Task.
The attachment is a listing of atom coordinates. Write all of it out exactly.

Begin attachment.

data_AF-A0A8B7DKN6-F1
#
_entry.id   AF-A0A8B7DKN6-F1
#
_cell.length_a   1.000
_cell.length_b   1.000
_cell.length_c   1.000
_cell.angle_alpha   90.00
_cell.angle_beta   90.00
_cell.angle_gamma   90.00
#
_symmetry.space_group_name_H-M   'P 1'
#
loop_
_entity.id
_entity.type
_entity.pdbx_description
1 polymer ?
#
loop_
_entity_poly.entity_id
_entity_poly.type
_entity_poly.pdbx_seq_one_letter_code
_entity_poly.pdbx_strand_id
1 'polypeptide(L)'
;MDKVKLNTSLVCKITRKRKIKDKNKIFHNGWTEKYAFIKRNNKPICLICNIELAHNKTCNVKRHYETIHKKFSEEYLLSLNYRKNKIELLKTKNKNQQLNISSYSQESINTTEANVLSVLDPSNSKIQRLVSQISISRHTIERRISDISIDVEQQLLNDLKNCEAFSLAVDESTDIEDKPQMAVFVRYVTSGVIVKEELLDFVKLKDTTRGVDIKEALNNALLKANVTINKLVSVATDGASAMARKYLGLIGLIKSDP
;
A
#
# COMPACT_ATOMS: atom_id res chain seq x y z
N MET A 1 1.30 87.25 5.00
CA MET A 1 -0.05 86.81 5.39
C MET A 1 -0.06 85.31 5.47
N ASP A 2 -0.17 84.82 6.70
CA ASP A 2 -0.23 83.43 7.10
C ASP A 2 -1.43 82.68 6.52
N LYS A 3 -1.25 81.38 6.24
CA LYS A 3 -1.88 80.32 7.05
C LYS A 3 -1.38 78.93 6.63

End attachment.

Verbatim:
data_AF-A0A8B7DKN6-F1
#
_entry.id   AF-A0A8B7DKN6-F1
#
_cell.length_a   1.000
_cell.length_b   1.000
_cell.length_c   1.000
_cell.angle_alpha   90.00
_cell.angle_beta   90.00
_cell.angle_gamma   90.00
#
_symmetry.space_group_name_H-M   'P 1'
#
loop_
_entity.id
_entity.type
_entity.pdbx_description
1 polymer ?
#
loop_
_entity_poly.entity_id
_entity_poly.type
_entity_poly.pdbx_seq_one_letter_code
_entity_poly.pdbx_strand_id
1 'polypeptide(L)'
;MDKVKLNTSLVCKITRKRKIKDKNKIFHNGWTEKYAFIKRNNKPICLICNIELAHNKTCNVKRHYETIHKKFSEEYLLSLNYRKNKIELLKTKNKNQQLNISSYSQESINTTEANVLSVLDPSNSKIQRLVSQISISRHTIERRISDISIDVEQQLLNDLKNCEAFSLAVDESTDIEDKPQMAVFVRYVTSGVIVKEELLDFVKLKDTTRGVDIKEALNNALLKANVTINKLVSVATDGASAMARKYLGLIGLIKSDP
;
A
#
# COMPACT_ATOMS: atom_id res chain seq x y z
N MET A 1 1.30 87.25 5.00
CA MET A 1 -0.05 86.81 5.39
C MET A 1 -0.06 85.31 5.47
N ASP A 2 -0.17 84.82 6.70
CA ASP A 2 -0.23 83.43 7.10
C ASP A 2 -1.43 82.68 6.52
N LYS A 3 -1.25 81.38 6.24
CA LYS A 3 -1.88 80.32 7.05
C LYS A 3 -1.38 78.93 6.63